August 16, 2011

 

Fonterra holds milk collection in New Zealand's South Island

 

 

As Fonterra assesses whether it is safe for its tankers to proceed with milk collection, the company temporarily halts milk collection in most of the snow-hit South Island, New Zealand.

 

Farmers were forced to get rid of thousands of litres of milk yesterday as Fonterra's collection tankers couldn't get through due to the severe weather.

 

Tankers remain parked up across the region thanks to the icy weather conditions, except at Clandeboye near Timaru, Edendale in Southland, and Takaka, where collections are being made within a 10-kilometre radius.

 

A Fonterra spokeswoman said executives would be meeting again at 10 am to decide whether milk pickups could begin.

 

Operations in the lower North Island were also disrupted, but not as badly as yesterday, she said.

 

About 1,700 of Fonterra's 10,500 dairy farms were forced to dump milk yesterday as the severe weather made it impossible for trucks to get through.

 

Federated Farmers dairy chairman Willy Leferink, who farms near Ashburton, said it was the beginning of the dairy season and collections were ''all over the show'', so pickups could happen at any time during the day.

 

Contract farmer Sidney Stewart works on a dairy farm near Mt Hutt. There had been a couple of inches more snow in the area overnight but farmers were managing, he said.

He was forced to dump 1,200 litres of milk yesterday, much of which was fed to the calves.

 

Fonterra's sustainability teams were in contact with farms who need to dispose of milk, and were liaising with regional councils.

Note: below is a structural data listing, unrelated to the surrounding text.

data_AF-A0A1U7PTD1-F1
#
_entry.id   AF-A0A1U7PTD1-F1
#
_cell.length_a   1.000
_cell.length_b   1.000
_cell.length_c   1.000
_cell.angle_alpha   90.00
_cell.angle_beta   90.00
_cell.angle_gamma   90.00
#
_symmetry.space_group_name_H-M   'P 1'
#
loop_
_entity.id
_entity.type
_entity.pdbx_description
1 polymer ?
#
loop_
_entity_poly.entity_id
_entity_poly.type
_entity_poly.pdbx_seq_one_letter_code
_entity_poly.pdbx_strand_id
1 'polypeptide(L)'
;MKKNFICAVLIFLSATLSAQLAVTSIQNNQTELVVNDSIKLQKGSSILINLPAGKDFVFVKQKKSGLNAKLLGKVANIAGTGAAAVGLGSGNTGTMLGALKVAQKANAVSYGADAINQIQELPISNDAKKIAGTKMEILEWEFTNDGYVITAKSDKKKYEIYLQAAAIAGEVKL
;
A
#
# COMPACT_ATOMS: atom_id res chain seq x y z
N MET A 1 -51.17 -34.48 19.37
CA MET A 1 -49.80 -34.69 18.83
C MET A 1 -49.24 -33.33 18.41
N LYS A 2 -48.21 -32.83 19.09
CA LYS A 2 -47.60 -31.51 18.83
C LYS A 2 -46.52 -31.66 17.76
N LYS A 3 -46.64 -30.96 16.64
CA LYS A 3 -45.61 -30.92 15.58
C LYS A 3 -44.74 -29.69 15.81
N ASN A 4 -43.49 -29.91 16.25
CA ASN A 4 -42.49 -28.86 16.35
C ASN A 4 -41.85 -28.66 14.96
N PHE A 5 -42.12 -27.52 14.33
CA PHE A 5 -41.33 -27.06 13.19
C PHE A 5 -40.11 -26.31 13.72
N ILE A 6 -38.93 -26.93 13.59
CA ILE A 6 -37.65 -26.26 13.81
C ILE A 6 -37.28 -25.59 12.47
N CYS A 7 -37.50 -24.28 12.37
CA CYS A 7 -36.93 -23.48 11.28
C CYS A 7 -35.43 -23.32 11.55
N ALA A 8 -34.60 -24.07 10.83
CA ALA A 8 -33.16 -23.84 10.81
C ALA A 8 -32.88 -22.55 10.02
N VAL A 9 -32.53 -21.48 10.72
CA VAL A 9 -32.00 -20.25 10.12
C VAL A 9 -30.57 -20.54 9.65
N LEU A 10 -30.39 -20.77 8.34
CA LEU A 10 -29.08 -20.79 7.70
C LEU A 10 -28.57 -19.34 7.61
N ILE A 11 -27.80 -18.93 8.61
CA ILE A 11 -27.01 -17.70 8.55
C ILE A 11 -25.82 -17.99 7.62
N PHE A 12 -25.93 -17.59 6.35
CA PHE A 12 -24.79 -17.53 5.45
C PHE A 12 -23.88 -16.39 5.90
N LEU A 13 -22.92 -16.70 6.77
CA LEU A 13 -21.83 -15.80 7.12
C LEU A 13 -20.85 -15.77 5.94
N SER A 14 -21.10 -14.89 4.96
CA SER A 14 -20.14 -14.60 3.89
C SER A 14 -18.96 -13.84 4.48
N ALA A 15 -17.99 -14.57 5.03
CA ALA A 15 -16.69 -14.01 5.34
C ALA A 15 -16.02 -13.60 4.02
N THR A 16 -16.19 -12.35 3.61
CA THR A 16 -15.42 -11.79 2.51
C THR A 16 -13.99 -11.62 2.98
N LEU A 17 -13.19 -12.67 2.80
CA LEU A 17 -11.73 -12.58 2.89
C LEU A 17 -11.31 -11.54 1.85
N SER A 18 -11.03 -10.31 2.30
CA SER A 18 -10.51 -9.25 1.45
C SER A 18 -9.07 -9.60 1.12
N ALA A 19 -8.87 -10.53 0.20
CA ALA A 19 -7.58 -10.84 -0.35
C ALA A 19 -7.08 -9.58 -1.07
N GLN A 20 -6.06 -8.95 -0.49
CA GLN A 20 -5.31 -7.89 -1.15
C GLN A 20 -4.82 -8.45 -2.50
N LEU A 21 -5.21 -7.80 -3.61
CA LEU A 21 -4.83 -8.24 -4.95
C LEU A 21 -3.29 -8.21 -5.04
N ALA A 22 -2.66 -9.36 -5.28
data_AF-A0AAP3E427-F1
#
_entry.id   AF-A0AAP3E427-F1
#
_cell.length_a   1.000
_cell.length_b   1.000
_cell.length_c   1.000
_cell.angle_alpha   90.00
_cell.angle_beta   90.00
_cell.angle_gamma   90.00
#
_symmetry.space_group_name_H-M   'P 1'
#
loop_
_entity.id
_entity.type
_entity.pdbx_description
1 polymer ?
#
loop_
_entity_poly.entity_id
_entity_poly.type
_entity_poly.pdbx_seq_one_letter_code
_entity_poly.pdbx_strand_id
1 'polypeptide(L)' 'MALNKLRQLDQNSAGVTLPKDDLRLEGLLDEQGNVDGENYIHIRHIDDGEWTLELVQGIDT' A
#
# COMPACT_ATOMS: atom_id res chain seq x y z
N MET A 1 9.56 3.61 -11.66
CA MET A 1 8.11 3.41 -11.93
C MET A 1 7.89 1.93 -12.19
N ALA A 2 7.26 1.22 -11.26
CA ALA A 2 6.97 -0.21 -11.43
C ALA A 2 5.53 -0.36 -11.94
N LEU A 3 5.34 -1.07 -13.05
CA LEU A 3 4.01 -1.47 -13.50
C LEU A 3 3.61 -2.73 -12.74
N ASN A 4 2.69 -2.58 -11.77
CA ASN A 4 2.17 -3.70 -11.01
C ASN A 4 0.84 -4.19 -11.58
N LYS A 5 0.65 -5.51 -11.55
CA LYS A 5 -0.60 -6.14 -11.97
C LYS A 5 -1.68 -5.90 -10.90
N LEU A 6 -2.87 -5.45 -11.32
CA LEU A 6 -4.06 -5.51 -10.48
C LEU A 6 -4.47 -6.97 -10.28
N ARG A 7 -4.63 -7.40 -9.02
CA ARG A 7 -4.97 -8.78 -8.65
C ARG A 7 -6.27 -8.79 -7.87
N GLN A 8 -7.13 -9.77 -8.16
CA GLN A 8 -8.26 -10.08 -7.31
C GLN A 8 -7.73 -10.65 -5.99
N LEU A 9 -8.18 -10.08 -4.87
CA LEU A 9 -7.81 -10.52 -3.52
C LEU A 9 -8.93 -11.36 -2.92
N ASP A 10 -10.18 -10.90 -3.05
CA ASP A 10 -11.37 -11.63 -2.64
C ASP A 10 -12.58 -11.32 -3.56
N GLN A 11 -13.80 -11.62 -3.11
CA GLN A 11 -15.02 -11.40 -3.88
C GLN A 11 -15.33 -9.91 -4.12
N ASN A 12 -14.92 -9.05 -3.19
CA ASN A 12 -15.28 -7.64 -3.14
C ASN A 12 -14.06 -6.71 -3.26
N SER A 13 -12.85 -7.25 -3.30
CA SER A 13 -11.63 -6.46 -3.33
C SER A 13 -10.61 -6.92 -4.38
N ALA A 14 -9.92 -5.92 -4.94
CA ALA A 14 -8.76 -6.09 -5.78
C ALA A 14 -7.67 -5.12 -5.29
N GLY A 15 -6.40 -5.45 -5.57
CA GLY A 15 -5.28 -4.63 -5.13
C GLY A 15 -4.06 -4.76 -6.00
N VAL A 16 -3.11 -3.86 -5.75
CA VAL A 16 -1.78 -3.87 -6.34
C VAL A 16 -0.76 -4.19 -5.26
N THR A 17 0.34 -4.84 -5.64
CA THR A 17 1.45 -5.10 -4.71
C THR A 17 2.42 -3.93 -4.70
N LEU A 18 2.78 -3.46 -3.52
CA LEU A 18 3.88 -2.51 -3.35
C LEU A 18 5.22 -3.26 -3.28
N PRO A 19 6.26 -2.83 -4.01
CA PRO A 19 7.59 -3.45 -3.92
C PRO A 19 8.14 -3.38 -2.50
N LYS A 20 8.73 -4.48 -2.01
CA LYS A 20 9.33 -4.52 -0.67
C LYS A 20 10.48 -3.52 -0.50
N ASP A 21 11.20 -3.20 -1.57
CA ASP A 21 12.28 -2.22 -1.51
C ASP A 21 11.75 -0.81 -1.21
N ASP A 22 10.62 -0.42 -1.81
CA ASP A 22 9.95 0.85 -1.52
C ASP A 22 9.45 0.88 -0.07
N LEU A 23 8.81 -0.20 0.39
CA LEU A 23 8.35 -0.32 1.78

Some options for disposal include irrigating the milk to land when conditions improve and selling it to local pig farmers for feed, said the Fonterra spokesperson.

 

Contract farmer Sidney Stewart, who works on dairy farm near Mt Hutt, said it had 1000 litres of milk that wasn't picked up by Fonterra's collection tankers. Fonterra had advised it to feed the milk to calves.

 

While dealing with surplus milk was a problem, the farm was also having to manage calving. Workers were going out six times a day to bring in calves, said Stewart, who brought in 19 calves yesterday, four of whom had died in the harsh conditions.

 

Feed is likely to be scarce, so DairyNZ is organising supplementary feed for farms where cattle will have trouble finding grass.

 

Consulting officer Katrina Knowles wants to create a database of farmers with surplus supplement.

 

"Feed shortages could be an ongoing issue for high-altitude farmers who will have snow lying on the ground for a few days," she said.

 

She advised farmers to give their animals high-energy feed.

 

Once the snow melted, they should consider standing their cows off to protect pasture.

 

Fonterra was unable to say at this stage how many litres it had lost of the revenue costs of that or whether it would compensate farmers.

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